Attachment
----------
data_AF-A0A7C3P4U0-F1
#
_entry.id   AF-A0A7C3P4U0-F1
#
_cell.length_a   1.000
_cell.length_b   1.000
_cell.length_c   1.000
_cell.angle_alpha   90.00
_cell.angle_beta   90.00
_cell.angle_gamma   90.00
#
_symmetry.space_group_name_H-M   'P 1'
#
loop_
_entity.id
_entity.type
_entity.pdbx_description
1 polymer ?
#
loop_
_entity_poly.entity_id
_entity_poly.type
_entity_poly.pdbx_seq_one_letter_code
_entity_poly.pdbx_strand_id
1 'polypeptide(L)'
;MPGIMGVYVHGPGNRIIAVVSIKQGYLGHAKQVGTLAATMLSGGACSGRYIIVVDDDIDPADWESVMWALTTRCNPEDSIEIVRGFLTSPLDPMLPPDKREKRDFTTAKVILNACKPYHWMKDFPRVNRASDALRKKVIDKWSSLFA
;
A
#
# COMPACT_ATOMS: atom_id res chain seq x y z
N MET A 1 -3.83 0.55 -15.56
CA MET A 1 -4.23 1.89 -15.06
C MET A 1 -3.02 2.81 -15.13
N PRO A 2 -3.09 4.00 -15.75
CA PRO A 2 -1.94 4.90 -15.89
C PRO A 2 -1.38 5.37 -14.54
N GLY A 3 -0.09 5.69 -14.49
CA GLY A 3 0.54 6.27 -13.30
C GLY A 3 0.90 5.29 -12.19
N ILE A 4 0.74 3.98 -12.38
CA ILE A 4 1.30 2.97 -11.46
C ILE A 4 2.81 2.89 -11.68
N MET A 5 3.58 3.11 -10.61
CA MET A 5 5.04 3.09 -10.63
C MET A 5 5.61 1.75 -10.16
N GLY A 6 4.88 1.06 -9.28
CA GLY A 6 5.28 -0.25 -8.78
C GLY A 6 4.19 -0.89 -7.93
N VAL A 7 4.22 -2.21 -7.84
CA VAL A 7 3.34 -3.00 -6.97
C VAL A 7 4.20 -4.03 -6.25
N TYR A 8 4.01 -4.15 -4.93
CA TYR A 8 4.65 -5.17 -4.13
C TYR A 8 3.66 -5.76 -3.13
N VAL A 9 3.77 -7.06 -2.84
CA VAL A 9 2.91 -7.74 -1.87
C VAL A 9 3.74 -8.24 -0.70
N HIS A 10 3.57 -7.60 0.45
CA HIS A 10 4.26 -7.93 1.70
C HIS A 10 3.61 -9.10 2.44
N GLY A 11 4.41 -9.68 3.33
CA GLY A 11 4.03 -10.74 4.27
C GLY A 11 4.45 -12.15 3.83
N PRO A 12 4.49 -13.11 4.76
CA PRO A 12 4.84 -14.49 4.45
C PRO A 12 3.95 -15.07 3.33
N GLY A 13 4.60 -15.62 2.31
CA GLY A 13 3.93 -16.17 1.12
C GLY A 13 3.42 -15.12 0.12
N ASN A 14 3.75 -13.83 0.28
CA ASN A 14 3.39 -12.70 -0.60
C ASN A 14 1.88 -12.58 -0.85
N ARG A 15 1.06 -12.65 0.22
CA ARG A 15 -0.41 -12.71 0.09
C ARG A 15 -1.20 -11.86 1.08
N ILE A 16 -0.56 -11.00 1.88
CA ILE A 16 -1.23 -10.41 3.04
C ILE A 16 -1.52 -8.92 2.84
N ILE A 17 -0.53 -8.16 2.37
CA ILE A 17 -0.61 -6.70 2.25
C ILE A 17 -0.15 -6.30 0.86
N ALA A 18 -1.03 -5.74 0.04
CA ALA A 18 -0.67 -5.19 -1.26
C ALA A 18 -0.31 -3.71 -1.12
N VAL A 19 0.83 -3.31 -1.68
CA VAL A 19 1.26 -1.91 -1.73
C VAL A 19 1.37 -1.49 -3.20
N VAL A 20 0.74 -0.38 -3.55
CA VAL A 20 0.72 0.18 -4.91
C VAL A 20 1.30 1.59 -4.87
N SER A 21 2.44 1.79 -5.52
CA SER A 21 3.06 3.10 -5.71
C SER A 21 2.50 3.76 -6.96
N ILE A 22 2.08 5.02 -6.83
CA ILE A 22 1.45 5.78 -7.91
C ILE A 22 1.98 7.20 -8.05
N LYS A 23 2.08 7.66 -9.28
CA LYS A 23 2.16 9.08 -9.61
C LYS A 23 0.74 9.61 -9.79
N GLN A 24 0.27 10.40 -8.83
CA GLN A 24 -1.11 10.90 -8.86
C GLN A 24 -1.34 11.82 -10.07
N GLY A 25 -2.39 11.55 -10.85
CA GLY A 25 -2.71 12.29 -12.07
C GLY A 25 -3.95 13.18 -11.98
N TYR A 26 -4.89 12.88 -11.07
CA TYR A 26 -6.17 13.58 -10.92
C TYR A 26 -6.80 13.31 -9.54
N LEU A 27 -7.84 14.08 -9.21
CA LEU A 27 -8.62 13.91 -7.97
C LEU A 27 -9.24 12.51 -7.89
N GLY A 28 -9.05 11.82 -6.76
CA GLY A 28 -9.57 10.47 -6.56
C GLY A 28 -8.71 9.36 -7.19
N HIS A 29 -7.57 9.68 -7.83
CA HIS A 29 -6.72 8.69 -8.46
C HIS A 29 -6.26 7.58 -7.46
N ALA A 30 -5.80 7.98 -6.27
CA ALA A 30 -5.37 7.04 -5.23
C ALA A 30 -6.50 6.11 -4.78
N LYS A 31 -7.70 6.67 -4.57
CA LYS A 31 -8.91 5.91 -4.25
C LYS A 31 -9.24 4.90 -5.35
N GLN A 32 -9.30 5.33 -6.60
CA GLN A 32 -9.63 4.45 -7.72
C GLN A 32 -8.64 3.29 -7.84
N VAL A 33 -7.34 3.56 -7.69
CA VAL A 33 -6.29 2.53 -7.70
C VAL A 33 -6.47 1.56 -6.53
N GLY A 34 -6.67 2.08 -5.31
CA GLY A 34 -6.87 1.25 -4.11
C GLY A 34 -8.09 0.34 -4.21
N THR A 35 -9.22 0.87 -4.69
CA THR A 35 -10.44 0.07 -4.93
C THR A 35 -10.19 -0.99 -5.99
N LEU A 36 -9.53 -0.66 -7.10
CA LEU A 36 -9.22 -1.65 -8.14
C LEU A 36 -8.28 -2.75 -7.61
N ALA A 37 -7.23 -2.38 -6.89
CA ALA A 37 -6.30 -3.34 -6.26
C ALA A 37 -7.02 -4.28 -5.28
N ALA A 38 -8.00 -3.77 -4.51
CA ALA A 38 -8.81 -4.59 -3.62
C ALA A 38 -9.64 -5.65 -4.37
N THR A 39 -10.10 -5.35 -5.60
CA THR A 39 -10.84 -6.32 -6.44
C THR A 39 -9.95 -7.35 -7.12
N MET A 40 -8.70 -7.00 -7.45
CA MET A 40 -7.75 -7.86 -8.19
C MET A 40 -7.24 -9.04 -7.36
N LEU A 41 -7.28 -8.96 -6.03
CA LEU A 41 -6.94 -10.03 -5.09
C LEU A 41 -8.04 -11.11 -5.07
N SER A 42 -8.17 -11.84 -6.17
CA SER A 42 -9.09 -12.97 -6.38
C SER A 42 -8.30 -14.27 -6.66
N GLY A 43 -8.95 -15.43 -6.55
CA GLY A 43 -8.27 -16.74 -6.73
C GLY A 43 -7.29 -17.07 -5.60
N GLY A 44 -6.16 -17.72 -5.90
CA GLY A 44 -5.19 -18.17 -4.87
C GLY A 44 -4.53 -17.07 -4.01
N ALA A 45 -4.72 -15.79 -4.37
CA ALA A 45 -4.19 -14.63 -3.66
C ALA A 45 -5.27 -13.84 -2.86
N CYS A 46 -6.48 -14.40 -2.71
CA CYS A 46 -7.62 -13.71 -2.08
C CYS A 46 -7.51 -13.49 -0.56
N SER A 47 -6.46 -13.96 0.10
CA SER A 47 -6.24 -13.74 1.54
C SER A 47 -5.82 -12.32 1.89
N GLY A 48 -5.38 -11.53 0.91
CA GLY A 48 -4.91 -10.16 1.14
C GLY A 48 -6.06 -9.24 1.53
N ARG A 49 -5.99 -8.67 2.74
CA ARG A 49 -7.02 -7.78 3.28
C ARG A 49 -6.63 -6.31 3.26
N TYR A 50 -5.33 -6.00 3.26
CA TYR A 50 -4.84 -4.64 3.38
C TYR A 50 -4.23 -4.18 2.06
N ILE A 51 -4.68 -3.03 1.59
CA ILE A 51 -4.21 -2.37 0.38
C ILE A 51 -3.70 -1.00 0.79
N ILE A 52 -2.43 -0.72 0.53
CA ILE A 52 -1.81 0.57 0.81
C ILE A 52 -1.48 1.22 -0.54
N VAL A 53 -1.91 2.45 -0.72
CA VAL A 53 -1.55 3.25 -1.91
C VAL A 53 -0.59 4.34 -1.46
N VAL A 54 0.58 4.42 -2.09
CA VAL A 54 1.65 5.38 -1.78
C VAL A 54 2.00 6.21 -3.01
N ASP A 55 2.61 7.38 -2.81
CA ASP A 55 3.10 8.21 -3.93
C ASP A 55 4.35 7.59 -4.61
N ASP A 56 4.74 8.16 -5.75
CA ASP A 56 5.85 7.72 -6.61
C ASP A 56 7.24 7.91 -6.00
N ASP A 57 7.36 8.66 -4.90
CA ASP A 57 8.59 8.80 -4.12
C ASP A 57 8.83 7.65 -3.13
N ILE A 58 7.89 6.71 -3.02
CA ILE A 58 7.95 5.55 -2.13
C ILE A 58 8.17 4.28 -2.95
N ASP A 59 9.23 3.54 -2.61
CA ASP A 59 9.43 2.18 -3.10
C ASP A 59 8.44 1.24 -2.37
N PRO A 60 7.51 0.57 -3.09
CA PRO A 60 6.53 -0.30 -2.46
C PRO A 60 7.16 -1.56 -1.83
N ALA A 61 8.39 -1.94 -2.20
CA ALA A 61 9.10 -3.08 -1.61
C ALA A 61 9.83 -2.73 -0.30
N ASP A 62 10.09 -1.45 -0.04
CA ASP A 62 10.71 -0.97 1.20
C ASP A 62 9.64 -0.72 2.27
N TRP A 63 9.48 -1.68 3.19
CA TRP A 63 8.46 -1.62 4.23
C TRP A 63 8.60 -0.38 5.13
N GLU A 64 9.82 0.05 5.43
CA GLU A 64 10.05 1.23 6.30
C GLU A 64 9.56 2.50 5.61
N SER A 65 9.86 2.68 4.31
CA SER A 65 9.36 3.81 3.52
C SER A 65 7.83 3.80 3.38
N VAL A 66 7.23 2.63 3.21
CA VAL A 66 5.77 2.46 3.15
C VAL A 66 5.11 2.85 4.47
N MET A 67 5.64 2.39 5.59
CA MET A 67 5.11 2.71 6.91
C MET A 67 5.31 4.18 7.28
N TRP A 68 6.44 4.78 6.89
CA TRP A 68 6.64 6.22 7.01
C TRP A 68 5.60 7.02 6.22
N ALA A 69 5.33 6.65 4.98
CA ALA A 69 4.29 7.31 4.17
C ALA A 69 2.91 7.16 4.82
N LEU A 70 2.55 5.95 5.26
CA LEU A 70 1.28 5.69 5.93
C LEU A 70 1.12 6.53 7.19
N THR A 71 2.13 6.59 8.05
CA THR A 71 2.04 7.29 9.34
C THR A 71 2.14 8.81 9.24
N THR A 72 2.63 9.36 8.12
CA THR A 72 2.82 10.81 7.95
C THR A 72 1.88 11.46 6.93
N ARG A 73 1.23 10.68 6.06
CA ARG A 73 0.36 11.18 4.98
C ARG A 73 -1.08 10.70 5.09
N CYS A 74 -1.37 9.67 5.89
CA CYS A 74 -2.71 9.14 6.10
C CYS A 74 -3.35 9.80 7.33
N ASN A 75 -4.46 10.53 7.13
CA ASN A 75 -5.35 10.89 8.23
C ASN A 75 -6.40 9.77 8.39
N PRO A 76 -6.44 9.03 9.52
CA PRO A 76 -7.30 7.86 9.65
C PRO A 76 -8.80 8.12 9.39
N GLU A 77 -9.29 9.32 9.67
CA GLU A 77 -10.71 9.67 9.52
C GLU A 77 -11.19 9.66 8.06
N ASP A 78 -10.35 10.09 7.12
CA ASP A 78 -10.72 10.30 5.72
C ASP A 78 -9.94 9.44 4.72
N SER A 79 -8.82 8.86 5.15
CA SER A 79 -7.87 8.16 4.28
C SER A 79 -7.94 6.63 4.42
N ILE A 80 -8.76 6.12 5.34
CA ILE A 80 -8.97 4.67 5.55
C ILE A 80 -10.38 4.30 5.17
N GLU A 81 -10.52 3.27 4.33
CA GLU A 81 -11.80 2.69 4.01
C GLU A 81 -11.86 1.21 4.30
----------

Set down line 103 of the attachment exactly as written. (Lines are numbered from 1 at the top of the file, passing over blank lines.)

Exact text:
N GLY A 25 -2.39 11.55 -10.85